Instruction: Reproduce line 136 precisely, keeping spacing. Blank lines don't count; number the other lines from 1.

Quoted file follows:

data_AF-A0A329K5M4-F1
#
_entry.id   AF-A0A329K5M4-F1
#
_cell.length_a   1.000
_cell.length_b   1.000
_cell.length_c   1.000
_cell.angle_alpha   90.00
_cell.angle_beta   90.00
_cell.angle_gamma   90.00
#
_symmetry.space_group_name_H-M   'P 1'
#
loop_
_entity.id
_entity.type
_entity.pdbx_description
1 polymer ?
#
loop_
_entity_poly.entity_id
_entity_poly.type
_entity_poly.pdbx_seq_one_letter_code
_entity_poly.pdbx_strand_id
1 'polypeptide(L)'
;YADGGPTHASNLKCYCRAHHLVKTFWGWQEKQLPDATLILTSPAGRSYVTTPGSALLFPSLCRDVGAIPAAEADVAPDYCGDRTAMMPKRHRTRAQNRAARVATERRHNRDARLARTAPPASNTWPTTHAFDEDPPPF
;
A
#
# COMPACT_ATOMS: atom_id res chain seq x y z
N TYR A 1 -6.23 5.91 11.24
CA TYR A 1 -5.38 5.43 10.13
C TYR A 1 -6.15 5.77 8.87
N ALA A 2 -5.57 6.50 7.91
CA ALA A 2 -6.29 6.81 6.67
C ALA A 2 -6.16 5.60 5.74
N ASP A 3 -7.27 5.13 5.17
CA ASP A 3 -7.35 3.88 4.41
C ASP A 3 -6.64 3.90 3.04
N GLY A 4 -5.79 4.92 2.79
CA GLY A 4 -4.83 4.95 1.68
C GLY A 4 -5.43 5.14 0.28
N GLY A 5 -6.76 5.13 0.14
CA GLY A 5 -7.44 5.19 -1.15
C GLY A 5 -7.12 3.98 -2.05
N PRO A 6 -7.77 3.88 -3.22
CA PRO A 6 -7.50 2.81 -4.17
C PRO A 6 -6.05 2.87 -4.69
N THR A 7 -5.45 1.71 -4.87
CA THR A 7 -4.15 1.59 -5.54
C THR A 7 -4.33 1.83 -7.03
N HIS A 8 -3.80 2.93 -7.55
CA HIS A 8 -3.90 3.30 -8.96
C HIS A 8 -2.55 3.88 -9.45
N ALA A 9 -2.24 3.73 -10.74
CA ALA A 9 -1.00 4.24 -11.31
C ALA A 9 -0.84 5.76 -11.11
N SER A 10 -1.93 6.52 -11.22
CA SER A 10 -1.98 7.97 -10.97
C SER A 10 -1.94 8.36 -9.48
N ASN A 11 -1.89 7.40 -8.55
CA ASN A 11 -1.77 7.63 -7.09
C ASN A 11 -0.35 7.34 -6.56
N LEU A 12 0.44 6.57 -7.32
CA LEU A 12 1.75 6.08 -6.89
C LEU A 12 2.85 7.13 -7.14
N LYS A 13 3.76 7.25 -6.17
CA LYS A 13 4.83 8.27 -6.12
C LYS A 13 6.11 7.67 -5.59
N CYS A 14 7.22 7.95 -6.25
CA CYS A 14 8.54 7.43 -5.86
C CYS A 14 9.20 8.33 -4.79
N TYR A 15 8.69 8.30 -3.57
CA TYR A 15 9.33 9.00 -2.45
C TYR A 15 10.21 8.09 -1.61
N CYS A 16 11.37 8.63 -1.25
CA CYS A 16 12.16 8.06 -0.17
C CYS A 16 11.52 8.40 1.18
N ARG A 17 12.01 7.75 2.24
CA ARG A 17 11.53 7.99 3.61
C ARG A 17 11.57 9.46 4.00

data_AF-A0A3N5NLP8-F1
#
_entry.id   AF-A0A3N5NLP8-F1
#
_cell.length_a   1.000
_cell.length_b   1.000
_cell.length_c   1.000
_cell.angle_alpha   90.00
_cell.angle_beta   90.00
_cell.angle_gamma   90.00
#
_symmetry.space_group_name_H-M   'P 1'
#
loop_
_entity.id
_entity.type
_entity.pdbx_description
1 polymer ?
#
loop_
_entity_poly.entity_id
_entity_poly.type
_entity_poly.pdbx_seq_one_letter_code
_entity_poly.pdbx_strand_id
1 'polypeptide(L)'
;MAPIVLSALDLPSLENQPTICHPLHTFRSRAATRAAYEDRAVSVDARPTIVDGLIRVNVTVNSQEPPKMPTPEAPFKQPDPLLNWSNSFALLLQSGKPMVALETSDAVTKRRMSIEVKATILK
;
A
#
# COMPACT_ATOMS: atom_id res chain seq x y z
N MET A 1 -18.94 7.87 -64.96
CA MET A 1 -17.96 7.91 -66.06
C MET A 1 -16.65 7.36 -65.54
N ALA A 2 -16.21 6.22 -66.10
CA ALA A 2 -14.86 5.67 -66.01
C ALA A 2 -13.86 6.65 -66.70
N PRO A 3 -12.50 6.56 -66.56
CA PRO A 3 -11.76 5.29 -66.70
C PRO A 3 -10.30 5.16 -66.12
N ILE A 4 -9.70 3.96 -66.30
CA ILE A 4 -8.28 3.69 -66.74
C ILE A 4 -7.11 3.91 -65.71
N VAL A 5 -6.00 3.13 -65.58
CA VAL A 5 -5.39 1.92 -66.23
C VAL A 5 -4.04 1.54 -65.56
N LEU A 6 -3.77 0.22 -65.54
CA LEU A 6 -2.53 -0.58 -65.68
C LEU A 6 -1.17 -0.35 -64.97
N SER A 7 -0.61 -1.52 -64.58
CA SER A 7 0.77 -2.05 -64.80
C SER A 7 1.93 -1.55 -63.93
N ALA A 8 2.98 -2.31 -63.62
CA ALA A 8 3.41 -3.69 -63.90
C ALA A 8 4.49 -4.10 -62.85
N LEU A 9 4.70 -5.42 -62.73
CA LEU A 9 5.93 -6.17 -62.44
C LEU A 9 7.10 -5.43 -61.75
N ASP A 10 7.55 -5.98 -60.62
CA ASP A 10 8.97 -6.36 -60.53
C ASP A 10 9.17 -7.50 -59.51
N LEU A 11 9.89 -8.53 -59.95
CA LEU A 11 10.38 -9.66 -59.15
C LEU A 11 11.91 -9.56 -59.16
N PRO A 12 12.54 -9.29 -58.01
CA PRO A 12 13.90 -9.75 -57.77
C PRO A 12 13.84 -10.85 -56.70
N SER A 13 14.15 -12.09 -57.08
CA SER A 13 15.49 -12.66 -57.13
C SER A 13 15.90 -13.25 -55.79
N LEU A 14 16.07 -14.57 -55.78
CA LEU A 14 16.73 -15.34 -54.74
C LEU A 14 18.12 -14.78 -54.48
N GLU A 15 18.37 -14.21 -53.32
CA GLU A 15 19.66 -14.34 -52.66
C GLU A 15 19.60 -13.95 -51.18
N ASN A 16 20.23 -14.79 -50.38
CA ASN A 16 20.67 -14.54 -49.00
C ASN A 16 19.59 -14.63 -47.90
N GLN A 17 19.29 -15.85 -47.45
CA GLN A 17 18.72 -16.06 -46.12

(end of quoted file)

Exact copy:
N LEU A 9 4.70 -5.42 -62.73